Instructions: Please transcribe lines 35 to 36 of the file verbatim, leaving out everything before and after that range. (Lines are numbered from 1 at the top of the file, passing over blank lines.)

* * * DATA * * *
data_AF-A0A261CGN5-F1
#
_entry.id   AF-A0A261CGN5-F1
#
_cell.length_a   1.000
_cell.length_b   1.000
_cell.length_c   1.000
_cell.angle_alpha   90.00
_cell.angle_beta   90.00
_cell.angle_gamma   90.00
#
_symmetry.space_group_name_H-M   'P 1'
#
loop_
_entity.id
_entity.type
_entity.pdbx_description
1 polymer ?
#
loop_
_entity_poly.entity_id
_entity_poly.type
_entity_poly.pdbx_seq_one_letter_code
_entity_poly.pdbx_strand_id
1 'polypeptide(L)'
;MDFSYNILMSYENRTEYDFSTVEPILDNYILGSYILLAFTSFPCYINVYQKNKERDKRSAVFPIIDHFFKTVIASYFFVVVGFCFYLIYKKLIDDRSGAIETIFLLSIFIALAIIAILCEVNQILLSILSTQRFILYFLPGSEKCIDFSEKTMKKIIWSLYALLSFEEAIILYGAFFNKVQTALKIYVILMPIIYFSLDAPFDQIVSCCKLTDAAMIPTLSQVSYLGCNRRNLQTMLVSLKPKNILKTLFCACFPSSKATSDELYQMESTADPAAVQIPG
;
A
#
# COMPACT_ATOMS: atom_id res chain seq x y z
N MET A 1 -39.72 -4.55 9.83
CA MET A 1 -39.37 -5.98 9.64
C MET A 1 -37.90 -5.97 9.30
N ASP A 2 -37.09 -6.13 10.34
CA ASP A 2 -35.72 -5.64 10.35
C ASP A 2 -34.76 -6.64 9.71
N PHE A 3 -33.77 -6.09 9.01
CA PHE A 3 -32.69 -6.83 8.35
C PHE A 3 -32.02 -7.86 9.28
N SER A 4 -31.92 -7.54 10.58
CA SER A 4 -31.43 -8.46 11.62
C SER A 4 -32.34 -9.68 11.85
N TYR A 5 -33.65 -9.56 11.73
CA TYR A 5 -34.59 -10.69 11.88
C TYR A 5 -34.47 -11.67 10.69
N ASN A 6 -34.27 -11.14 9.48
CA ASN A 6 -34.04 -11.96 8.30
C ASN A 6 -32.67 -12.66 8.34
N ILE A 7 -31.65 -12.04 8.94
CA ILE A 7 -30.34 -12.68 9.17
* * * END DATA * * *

CA ASP A 2 -35.72 -5.64 10.35
C ASP A 2 -34.76 -6.64 9.71